Arts and Music at MSMHS

Understandably, Marine Science has a lot of marine science classes — but what about art?

Arts and Music at MSMHS
Without art-focused courses, some students express their creativity beyond the classroom. Artwork by Sierra Chagnon.
By Samuel Lund

As course selection time begins, some students have pointed out MSMHS's lack of art-based classes that are common in other public schools. With a marine-focused magnet theme — and state-of-the-art facilities for boating and aquaculture — science and aquaculture class feature prominently on the course selection roster. However, some students say that they would appreciate more art and music courses offered at the school.

An article by Nancy Daugherty for the National Endowment for the Arts highlights the benefits of art for students and educators, saying “Participation in the arts can support the social and emotional learning needs of students, including teaching emotional regulation and compassion for others.” Researchers in the Department of Fundamental Neurosciences at the University of Geneva found that children who participated in music had better verbal memory, second language pronunciation, reading ability, and executive functions (planning, focusing, memory, et cetera). The study determined that playing an instrument as a child could raise IQ and predict how well those children would do in school.

Gabriel Frommer, a junior at MSMHS and a member of multiple regional choirs, agrees with these ideas. “Music enables people to connect with their emotions and help them focus.” For him, there are multiple benefits to music. “Music complements mental creativity and cognitive function. There have been many studies that prove listening to classical music correlates with a more productive studying time.” Frommer says. He continues: music “allows people to step out of their comfort zones,” and helps to “unlock the mind.” Other students agree, with one MSMHS student saying that art allows students to showcase their talents, acting as a “medium of self-expression.”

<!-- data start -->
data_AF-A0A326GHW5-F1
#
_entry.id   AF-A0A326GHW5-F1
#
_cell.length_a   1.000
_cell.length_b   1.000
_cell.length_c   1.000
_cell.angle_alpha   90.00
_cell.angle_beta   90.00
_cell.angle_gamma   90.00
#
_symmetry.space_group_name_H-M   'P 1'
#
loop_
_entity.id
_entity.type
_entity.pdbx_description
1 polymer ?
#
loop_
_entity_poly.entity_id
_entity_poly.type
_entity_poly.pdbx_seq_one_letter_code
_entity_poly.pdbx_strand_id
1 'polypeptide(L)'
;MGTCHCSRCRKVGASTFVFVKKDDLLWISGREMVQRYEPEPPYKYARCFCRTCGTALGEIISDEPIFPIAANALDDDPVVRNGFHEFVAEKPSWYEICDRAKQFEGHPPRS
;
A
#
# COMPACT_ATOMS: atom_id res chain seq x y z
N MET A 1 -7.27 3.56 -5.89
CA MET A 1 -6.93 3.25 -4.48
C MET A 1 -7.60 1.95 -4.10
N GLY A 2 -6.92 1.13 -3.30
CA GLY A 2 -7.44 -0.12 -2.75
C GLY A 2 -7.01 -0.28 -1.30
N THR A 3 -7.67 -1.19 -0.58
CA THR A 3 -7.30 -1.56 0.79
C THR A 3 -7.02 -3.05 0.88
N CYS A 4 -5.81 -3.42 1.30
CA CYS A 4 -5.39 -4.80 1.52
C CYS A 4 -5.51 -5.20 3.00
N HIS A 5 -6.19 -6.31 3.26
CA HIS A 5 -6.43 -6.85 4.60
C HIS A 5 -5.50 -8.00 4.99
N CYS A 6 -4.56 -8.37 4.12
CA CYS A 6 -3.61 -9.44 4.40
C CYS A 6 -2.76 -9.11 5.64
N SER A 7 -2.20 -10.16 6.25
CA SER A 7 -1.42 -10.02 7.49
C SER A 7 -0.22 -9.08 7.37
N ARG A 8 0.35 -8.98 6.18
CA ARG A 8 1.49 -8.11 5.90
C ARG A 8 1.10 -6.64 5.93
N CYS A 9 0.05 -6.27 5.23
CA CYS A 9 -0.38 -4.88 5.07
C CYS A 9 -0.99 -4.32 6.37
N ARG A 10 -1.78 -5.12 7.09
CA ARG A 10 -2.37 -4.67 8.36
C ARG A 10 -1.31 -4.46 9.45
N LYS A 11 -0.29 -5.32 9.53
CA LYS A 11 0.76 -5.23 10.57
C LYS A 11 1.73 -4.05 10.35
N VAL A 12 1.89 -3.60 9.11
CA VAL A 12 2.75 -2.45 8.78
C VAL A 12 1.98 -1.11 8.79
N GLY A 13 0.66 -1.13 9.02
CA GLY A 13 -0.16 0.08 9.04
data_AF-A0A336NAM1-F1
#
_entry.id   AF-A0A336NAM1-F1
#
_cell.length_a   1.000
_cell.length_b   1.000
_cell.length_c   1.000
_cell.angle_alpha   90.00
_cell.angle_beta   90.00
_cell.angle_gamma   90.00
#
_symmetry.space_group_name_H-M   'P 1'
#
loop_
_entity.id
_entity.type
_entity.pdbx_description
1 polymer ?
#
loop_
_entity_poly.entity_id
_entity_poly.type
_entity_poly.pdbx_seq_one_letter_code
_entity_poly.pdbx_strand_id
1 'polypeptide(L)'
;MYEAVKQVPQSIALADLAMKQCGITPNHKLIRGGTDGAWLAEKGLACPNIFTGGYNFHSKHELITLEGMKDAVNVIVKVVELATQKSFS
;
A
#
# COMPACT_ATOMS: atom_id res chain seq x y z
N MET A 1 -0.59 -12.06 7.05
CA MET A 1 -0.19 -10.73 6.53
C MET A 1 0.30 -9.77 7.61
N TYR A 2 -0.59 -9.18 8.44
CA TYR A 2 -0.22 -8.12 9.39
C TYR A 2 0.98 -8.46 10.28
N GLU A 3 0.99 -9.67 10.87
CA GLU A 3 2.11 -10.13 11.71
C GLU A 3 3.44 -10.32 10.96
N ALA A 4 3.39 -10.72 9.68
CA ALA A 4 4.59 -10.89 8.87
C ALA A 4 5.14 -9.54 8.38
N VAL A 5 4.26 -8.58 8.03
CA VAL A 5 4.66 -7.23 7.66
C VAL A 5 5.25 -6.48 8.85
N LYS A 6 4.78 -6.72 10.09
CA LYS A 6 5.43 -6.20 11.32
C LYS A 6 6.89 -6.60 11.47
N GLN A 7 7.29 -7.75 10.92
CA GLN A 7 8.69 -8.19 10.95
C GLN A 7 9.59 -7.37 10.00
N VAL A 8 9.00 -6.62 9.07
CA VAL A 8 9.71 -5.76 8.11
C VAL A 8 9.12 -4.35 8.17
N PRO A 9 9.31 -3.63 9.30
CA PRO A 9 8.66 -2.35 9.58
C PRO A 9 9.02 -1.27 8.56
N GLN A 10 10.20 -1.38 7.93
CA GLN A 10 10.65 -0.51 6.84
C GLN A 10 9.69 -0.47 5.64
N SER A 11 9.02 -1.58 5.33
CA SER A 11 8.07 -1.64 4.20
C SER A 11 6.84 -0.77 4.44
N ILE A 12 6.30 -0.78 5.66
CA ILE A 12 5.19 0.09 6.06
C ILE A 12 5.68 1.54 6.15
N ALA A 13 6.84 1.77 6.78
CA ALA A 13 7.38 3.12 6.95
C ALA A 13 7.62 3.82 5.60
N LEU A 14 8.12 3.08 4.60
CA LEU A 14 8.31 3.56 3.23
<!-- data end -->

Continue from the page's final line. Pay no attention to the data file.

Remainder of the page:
MSMHS principal Ms. Amatrudo agrees with these statements, saying that “creative expression and exploration through the arts can be a gateway to deeper learning and personal wellbeing.” However, the focus on science at MSMHS often leaves students to their own devices when learning and practicing their art. Gabriel Frommer explains: “young musicians have to stick to their music studios and expand their qualifications and skills on their own.”

The debate is far from one-sided. Other students appreciate the focus on science over art. “It allows more money and resources to be put into the great aquaculture system of the Marine Science Magnet High School.” an anonymous student explained.

Ms. Amatrudo urges students to take advantage of artistic opportunities outside of the classroom. “I would love to see our students accessing arts and music education in partnership with community organizations or area colleges or universities.” Ms. Amatrudo says, “connecting our marine science theme to artistic expression and vice versa.”

The students and faculty here at MSMHS recognize the importance of the arts while also holding an appreciation for the unique marine facilities at our school. Ultimately, this issue will likely be a topic of discussion and change for years to come.